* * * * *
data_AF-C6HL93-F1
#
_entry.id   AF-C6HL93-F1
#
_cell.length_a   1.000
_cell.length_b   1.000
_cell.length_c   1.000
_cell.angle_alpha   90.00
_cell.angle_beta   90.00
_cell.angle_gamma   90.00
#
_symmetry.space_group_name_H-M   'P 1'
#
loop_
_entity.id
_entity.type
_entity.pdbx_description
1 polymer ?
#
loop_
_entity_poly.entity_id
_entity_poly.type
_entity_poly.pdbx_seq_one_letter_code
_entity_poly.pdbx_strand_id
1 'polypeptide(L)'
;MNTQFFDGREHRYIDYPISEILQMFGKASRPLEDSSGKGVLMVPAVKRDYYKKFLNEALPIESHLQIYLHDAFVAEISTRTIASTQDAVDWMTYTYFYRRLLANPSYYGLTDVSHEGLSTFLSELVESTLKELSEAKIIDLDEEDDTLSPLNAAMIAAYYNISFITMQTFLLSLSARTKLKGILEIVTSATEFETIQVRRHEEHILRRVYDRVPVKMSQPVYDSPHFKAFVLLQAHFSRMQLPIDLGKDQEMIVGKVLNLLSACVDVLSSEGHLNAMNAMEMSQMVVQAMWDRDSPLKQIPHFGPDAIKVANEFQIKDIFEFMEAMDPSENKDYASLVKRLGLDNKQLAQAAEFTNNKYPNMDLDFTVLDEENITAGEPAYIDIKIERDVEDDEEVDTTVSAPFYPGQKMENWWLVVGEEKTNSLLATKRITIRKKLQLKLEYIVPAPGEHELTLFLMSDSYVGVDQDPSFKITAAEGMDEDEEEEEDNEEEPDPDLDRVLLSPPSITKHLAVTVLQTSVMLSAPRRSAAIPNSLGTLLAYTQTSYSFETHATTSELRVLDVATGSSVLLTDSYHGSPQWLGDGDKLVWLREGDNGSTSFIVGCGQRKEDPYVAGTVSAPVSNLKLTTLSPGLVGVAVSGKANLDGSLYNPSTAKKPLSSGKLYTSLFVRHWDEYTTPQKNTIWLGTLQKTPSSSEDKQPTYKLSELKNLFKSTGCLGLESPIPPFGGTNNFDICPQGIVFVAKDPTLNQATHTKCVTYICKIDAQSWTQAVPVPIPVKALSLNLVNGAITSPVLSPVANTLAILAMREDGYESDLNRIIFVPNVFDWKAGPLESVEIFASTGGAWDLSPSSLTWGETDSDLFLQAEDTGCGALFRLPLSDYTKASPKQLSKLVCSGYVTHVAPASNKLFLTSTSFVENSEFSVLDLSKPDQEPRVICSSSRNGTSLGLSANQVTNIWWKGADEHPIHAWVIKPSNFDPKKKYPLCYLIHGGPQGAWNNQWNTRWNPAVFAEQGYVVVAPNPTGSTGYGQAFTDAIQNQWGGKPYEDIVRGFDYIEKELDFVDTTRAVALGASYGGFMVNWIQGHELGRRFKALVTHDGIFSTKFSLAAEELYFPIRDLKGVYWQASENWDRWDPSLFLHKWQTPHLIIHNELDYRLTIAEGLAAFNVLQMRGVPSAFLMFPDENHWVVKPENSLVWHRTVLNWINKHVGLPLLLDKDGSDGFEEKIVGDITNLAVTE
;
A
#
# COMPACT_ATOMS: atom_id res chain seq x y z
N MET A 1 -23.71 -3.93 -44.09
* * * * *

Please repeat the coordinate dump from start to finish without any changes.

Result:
data_AF-C6HL93-F1
#
_entry.id   AF-C6HL93-F1
#
_cell.length_a   1.000
_cell.length_b   1.000
_cell.length_c   1.000
_cell.angle_alpha   90.00
_cell.angle_beta   90.00
_cell.angle_gamma   90.00
#
_symmetry.space_group_name_H-M   'P 1'
#
loop_
_entity.id
_entity.type
_entity.pdbx_description
1 polymer ?
#
loop_
_entity_poly.entity_id
_entity_poly.type
_entity_poly.pdbx_seq_one_letter_code
_entity_poly.pdbx_strand_id
1 'polypeptide(L)'
;MNTQFFDGREHRYIDYPISEILQMFGKASRPLEDSSGKGVLMVPAVKRDYYKKFLNEALPIESHLQIYLHDAFVAEISTRTIASTQDAVDWMTYTYFYRRLLANPSYYGLTDVSHEGLSTFLSELVESTLKELSEAKIIDLDEEDDTLSPLNAAMIAAYYNISFITMQTFLLSLSARTKLKGILEIVTSATEFETIQVRRHEEHILRRVYDRVPVKMSQPVYDSPHFKAFVLLQAHFSRMQLPIDLGKDQEMIVGKVLNLLSACVDVLSSEGHLNAMNAMEMSQMVVQAMWDRDSPLKQIPHFGPDAIKVANEFQIKDIFEFMEAMDPSENKDYASLVKRLGLDNKQLAQAAEFTNNKYPNMDLDFTVLDEENITAGEPAYIDIKIERDVEDDEEVDTTVSAPFYPGQKMENWWLVVGEEKTNSLLATKRITIRKKLQLKLEYIVPAPGEHELTLFLMSDSYVGVDQDPSFKITAAEGMDEDEEEEEDNEEEPDPDLDRVLLSPPSITKHLAVTVLQTSVMLSAPRRSAAIPNSLGTLLAYTQTSYSFETHATTSELRVLDVATGSSVLLTDSYHGSPQWLGDGDKLVWLREGDNGSTSFIVGCGQRKEDPYVAGTVSAPVSNLKLTTLSPGLVGVAVSGKANLDGSLYNPSTAKKPLSSGKLYTSLFVRHWDEYTTPQKNTIWLGTLQKTPSSSEDKQPTYKLSELKNLFKSTGCLGLESPIPPFGGTNNFDICPQGIVFVAKDPTLNQATHTKCVTYICKIDAQSWTQAVPVPIPVKALSLNLVNGAITSPVLSPVANTLAILAMREDGYESDLNRIIFVPNVFDWKAGPLESVEIFASTGGAWDLSPSSLTWGETDSDLFLQAEDTGCGALFRLPLSDYTKASPKQLSKLVCSGYVTHVAPASNKLFLTSTSFVENSEFSVLDLSKPDQEPRVICSSSRNGTSLGLSANQVTNIWWKGADEHPIHAWVIKPSNFDPKKKYPLCYLIHGGPQGAWNNQWNTRWNPAVFAEQGYVVVAPNPTGSTGYGQAFTDAIQNQWGGKPYEDIVRGFDYIEKELDFVDTTRAVALGASYGGFMVNWIQGHELGRRFKALVTHDGIFSTKFSLAAEELYFPIRDLKGVYWQASENWDRWDPSLFLHKWQTPHLIIHNELDYRLTIAEGLAAFNVLQMRGVPSAFLMFPDENHWVVKPENSLVWHRTVLNWINKHVGLPLLLDKDGSDGFEEKIVGDITNLAVTE
;
A
#
# COMPACT_ATOMS: atom_id res chain seq x y z
N MET A 1 -23.71 -3.93 -44.09